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Aussie artists
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Howzat! Archive - January 23rd 2013

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As Bruce Springsteen sang, "There's things that'll knock you down you don't even see coming." Local band The Evening Cast were getting set to do their first national tour, to launch their fine new EP, Lake (on Catch Release Records). Then, just after Christmas, tragedy struck - the Moriac home belonging to two band members, Joel and Rachel Cooper, was burned to the ground. Fortunately, Joel, Rachel and their five-year-old daughter, Poppy, were not hurt. But all their belongings were destroyed, including the band's home studio and CD stock. Ironically, the EP features a song called Smoke And Fire. Friday's Workers Club launch has now turned into a benefit gig, with members of Melbourne's music community banding together to raise money for the Coopers, including Mark from Skipping Girl Vinegar, Clare Bowditch, The Darjeelings and Celadore. As The Evening Cast sing in Surprise, "There's something greater to rely on."

The ARIA Hall of Fame started 25 years ago. The first inductees were Johnny O'Keefe, Col Joye, AC/DC, Slim Dusty, Dame Joan Sutherland and Vanda & Young.

The Hall is reserved for creative people, with the criteria stating: "Membership into the Hall of Fame is reserved exclusively for the creators of recorded music - the writers, the recording artists, and, in some cases, the producers, [with] the nominees' work to have had a cultural impact within Australia and/or recognition within the world marketplace." Since Vanda & Young were in the initial induction, producers have been snubbed (though Ross Wilson, who helmed the first three Skyhooks albums, was inducted in 1989). Surely, it's time ARIA recognised the enormous contribution made by producers such as Mark Opitz, Charles Fisher, Tony Cohen and Mike Chapman? Howzat! recently co-wrote a book, Sophisto-punk, on the life and work of Mark Opitz. As Jimmy Barnes told us, "My career wouldn't be anything without Mark Opitz, and I say that on behalf of many Australian musicians."

The Hall of Fame was a standalone event for six years, from 2005 to 2010, which allowed ARIA to have several inductions in the one night. Unfortunately, the Hall returned to being part of the annual ARIA Awards in 2011. Sadly, I fear that ARIA is now looking for the "TV moment", instead of acknowledging the work of worthy, but relatively unknown, artists. Howzat! knows of a story, several years ago, when a friend suggested Tony Cohen should be inducted. "We'll look at doing it if we can get Nick Cave to induct him," my friend was told. Surely, a Hall of Fame should be above commercial considerations? Speaking of which, isn't it time that innovators and fringe-dwellers - artists such as Kim Salmon, and Dave Graney and Clare Moore - were inducted? And how 'bout recognising the majestic brilliance of Died Pretty, 30 years after they formed?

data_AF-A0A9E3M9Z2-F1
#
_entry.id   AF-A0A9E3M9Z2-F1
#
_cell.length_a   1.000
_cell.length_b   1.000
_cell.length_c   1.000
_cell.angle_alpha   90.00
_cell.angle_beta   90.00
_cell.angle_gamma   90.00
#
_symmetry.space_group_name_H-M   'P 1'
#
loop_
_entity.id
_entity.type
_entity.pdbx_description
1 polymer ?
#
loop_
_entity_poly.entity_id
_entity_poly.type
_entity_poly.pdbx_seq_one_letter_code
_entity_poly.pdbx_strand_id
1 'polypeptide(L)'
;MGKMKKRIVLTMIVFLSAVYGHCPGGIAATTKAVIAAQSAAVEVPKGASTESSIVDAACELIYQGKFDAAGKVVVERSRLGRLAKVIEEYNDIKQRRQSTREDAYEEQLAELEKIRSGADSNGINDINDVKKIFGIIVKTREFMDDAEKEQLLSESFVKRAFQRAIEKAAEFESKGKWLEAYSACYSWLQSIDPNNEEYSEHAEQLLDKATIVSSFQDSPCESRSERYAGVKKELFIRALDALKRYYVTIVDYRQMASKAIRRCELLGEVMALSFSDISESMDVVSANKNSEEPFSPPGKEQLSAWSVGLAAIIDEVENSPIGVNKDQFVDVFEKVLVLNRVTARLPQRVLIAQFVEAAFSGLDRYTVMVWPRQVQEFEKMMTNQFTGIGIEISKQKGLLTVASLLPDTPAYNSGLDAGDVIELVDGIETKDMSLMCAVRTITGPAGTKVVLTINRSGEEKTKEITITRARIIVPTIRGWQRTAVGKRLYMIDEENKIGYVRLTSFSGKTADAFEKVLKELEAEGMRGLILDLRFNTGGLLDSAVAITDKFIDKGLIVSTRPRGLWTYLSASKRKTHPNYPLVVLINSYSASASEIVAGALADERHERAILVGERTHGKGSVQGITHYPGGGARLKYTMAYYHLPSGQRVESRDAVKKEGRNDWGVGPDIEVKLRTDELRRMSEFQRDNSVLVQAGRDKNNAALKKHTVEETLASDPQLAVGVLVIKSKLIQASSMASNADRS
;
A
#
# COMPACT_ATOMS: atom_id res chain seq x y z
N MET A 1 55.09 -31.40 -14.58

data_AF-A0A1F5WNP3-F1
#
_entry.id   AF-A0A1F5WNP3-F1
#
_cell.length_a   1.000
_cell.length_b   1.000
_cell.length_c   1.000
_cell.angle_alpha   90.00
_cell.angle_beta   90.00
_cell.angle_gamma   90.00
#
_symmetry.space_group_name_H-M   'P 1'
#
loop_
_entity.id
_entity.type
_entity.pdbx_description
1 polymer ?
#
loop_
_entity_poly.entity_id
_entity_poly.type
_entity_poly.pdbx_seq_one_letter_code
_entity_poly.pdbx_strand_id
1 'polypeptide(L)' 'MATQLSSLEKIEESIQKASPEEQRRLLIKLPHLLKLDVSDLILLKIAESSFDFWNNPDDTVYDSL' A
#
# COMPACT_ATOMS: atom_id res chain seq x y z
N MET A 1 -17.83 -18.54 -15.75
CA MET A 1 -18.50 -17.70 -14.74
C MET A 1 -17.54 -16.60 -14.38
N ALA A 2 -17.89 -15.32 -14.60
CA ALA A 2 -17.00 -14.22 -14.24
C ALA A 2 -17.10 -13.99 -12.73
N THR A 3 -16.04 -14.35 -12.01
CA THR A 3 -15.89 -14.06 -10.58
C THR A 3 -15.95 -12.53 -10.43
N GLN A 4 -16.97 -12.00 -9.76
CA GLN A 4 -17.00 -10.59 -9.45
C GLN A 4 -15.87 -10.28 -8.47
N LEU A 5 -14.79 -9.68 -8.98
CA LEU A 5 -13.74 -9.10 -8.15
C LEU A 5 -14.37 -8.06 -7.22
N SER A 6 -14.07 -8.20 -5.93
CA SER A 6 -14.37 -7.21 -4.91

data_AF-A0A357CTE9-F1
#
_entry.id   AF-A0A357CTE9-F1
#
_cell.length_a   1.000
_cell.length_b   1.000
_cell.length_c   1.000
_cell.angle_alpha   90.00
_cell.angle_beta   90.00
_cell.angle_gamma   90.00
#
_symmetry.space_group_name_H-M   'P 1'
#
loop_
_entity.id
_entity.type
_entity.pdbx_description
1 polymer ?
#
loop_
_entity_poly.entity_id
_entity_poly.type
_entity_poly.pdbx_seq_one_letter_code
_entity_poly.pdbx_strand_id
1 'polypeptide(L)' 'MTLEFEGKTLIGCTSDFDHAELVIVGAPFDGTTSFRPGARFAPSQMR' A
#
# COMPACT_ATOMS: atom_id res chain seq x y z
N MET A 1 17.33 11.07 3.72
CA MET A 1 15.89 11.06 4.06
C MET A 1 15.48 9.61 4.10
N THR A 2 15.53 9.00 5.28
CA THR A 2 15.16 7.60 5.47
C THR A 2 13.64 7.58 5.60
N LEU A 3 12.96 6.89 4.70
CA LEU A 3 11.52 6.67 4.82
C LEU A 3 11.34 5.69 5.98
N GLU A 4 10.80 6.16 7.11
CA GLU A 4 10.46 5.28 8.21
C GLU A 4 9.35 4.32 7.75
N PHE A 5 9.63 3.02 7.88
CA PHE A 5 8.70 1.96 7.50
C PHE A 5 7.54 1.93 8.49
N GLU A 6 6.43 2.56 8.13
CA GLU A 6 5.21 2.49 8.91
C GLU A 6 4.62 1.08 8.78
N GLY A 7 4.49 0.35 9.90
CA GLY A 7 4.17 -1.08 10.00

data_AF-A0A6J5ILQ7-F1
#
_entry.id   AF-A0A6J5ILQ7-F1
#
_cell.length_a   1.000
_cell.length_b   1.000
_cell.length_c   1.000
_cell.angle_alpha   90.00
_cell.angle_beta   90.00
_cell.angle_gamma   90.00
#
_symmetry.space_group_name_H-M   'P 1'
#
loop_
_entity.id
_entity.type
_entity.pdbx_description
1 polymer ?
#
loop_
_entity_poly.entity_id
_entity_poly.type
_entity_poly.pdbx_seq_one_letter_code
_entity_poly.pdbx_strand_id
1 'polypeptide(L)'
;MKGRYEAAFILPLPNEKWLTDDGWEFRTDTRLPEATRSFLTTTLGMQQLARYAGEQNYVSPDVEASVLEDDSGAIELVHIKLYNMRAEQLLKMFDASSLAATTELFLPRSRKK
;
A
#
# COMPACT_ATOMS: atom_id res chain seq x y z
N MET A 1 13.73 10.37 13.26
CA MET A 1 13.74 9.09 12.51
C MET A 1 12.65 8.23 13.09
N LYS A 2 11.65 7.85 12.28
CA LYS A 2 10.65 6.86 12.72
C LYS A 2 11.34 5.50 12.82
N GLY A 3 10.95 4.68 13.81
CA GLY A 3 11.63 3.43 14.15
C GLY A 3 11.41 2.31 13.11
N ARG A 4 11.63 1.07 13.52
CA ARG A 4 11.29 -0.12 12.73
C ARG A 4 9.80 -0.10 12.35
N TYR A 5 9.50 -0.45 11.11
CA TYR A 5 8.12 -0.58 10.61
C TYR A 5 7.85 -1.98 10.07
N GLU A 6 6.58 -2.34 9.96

Video directors don't fit the Hall of Fame criteria - they haven't actually created recorded music. But Australia has given the world two of the greatest video makers, Russell Mulcahy and Richard Lowenstein. For their cultural impact, shouldn't they be in the Hall of Fame? Everyone has an opinion on music, which is a beautiful thing. The ARIA Hall of Fame is a great part of Australian music. Howzat! doesn't have all the answers, but we know it can be greater. Finally, when are we going to get an actual Hall of Fame, somewhere fans can visit to celebrate Australian music? If we can't get the history right, we won't have much of a future. Happy Australia Day.

Ed Nimmervoll is the doyen of Australian music journalists. Howzat! caught up with Ed during the summer break. He had a brilliant idea regarding the Hall of Fame - ARIA should also induct classic Australian albums. Ed has been writing powerful pieces about music at his Facebook page. He recently wrote a stirring item about the remarkable Ross Hannaford. "When we appreciate music, we should trust ourselves," Ed wrote. "We shouldn't need to be told if something's good. We shouldn't be influenced by reputation or lack of reputation this is why I tend to be such a champion of Australian music, because it's up to us to acknowledge and appreciate what's around us. If we don't, no one else is going to. Don't wait for confirmation from others. The guitarist I saw today isn't world famous [but] there are just three guitarists I can think of who I've thought could produce anything from their guitars they imagined - Jeff Beck, Jimi Hendrix and Ross Hannaford. If you're in Melbourne, he's playing at a venue near you."


Just one Aussie act in the Top 20.

What You've Done To Me SAMANTHA JADE (number 20)
Best Night JUSTICE CREW (22)
Get Along GUY SEBASTIAN (29)
Party Bass BOMBS AWAY (37)
Battle Scars GUY SEBASTIAN (38)

Reece Mastin leaps from 40 to 24.

Armageddon GUY SEBASTIAN (number seven)
The Sapphires SOUNDTRACK (13)
Flume FLUME (14)
Beautiful Nightmare REECE MASTIN (24)
Samantha Jade SAMANTHA JADE (27)
Lonerism TAME IMPALA (39)
The Golden Jubilee Album THE SEEKERS (40)

Broken Heart Attack BEKI COLADA
Lonely Avenue LAUREN BRUCE


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